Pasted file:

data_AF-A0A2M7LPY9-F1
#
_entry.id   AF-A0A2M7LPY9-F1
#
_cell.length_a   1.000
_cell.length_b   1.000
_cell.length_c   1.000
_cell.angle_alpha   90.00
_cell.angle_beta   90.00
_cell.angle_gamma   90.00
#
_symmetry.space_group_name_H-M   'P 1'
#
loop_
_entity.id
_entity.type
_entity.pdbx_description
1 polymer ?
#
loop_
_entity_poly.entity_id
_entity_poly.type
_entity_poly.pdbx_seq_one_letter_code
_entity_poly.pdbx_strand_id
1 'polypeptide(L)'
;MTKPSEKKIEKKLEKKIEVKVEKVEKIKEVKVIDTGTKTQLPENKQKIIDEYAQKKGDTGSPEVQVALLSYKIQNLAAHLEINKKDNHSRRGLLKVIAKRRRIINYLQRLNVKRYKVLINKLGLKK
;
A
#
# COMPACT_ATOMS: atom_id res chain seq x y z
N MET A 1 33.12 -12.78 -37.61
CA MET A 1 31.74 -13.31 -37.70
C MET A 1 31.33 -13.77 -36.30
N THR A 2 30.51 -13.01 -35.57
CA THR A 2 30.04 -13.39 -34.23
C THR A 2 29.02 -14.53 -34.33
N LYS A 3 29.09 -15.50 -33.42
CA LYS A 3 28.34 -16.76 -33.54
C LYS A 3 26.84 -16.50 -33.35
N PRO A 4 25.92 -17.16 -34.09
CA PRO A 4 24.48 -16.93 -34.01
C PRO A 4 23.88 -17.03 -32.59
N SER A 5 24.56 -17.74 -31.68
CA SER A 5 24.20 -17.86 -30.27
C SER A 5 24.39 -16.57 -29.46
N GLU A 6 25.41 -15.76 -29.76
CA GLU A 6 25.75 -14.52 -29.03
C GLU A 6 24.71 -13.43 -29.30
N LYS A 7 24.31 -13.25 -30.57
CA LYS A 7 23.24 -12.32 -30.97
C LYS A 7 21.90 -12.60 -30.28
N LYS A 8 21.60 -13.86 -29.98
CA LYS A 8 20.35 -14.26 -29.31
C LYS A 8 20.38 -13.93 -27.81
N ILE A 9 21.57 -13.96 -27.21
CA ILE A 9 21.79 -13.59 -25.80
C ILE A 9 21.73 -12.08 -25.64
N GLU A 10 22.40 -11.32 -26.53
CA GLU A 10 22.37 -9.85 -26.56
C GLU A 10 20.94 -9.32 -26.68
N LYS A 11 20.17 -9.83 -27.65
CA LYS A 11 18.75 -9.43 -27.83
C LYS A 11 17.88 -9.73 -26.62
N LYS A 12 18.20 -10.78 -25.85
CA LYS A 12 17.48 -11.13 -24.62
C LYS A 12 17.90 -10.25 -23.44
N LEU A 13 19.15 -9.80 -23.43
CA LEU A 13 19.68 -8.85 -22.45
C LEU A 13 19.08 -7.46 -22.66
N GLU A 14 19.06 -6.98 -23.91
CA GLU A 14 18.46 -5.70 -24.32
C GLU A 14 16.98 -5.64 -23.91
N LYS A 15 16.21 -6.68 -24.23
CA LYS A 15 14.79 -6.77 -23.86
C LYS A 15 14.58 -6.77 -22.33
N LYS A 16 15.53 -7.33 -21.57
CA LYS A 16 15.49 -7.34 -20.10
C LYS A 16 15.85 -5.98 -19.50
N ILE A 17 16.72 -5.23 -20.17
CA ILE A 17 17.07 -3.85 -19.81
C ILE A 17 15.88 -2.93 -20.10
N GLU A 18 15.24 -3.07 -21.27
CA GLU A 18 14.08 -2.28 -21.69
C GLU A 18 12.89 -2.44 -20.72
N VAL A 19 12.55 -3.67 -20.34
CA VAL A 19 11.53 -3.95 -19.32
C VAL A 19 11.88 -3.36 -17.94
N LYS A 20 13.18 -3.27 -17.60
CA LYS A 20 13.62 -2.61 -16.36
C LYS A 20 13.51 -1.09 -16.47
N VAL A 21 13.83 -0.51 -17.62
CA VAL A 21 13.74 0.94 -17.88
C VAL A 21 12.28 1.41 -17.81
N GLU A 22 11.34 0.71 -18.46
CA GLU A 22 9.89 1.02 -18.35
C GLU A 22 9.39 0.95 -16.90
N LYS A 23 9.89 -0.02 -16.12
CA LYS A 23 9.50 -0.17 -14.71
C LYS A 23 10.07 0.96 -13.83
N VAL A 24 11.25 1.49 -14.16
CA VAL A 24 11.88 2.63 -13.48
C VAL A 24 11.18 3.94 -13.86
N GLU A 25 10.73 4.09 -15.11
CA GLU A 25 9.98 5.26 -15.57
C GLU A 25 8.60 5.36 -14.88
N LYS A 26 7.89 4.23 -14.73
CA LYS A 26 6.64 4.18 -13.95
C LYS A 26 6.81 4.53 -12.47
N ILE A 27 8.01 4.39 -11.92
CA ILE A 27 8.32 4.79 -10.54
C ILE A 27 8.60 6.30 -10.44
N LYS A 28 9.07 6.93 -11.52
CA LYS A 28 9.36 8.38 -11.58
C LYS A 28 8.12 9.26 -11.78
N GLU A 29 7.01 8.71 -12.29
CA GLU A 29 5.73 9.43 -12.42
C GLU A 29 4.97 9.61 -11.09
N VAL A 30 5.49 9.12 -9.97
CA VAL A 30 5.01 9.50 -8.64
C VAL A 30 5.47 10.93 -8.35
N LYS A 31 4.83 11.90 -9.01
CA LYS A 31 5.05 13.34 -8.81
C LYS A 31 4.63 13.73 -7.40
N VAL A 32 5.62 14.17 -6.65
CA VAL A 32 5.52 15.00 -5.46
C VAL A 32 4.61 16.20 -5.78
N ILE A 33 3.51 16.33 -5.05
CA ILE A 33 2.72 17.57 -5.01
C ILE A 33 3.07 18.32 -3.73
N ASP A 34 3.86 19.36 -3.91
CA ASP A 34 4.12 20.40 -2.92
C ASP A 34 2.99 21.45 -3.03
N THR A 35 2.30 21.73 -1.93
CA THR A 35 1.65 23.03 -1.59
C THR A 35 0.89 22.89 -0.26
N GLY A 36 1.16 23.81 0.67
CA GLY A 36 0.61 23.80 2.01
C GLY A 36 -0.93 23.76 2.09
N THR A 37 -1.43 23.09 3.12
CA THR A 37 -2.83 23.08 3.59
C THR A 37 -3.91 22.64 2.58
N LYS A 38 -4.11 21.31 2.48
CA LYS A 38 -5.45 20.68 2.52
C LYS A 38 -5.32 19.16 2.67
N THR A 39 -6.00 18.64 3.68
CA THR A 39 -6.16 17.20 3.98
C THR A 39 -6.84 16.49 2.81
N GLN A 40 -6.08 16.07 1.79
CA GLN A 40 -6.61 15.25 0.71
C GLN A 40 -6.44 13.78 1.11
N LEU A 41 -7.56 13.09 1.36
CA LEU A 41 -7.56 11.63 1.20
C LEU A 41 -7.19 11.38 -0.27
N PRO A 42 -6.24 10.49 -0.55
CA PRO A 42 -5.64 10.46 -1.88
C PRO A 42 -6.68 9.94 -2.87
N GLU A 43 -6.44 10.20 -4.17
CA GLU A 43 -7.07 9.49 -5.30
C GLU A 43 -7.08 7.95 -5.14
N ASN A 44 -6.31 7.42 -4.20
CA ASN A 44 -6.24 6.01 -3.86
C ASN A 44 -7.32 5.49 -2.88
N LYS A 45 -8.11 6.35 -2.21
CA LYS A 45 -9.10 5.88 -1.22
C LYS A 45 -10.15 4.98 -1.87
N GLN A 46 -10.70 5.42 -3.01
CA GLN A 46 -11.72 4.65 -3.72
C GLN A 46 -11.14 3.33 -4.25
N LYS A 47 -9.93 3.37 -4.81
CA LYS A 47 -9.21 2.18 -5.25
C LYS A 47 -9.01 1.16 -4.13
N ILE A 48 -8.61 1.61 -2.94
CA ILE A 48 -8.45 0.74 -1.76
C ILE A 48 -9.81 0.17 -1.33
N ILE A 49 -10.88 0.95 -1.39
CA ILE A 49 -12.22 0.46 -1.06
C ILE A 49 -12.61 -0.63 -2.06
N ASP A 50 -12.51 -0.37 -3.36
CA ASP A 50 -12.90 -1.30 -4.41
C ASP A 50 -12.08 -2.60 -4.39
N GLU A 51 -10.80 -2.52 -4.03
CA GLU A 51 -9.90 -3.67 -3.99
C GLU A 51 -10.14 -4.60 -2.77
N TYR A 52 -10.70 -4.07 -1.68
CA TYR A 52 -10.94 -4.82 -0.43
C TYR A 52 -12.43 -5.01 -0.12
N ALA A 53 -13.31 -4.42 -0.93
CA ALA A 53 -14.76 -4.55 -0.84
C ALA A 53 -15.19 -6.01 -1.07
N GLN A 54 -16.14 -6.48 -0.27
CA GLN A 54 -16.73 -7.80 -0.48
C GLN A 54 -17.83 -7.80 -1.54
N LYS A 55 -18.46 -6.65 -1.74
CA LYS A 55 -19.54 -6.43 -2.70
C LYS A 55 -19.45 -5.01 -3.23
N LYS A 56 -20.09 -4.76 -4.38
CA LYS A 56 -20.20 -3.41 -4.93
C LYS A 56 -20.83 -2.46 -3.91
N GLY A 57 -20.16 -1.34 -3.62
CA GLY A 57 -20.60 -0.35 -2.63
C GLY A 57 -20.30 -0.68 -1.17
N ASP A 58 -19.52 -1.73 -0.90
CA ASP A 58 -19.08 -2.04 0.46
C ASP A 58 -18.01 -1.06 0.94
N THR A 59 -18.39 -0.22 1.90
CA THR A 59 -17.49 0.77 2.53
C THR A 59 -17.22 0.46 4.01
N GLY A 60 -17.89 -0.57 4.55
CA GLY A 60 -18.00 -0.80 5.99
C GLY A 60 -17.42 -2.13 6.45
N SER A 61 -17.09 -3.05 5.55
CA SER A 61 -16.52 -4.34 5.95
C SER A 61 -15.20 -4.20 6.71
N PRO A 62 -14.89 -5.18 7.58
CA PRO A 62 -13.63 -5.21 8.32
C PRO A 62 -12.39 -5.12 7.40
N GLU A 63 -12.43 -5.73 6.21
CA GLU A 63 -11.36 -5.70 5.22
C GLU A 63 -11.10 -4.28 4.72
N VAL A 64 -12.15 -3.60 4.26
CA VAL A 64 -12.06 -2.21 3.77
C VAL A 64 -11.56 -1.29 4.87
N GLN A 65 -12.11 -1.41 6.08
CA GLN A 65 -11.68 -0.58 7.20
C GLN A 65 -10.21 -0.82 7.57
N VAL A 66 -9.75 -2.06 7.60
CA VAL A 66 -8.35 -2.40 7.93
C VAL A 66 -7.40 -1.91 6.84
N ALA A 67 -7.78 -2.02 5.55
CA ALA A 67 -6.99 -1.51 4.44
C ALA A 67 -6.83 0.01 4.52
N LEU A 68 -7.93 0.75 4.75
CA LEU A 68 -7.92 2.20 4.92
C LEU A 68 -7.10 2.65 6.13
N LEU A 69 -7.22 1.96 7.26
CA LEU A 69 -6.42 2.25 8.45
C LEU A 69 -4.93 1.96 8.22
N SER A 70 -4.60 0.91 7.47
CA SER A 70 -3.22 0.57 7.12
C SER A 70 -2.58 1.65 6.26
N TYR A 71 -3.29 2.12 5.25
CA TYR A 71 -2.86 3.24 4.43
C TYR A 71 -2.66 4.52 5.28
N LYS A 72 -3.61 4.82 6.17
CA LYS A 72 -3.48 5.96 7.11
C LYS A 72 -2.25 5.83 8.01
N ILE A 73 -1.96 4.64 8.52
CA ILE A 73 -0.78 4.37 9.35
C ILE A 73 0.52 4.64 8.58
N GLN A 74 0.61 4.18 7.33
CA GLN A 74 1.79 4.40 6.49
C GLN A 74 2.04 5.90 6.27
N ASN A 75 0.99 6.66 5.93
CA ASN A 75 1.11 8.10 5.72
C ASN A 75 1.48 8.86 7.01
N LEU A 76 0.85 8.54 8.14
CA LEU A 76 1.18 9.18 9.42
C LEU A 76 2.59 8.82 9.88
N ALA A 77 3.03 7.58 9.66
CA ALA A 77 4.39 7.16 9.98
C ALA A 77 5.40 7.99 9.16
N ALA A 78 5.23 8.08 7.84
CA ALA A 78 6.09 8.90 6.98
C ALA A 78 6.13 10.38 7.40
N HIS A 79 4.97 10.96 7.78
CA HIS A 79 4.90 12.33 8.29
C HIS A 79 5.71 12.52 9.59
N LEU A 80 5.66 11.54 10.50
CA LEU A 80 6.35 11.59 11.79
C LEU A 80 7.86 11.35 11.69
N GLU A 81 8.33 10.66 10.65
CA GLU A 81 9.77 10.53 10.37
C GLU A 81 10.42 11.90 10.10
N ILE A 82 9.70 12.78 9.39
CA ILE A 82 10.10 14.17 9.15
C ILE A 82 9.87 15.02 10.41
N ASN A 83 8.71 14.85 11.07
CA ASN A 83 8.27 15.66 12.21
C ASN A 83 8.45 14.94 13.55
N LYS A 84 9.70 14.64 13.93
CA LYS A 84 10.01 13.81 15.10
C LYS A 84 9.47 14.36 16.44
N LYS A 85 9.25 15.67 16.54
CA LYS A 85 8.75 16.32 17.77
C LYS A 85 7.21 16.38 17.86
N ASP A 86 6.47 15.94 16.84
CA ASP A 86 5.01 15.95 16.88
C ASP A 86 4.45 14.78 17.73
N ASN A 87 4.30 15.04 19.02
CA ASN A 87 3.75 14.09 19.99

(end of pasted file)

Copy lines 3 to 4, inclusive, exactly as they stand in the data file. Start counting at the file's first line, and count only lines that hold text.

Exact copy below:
_entry.id   AF-A0A2M7LPY9-F1
#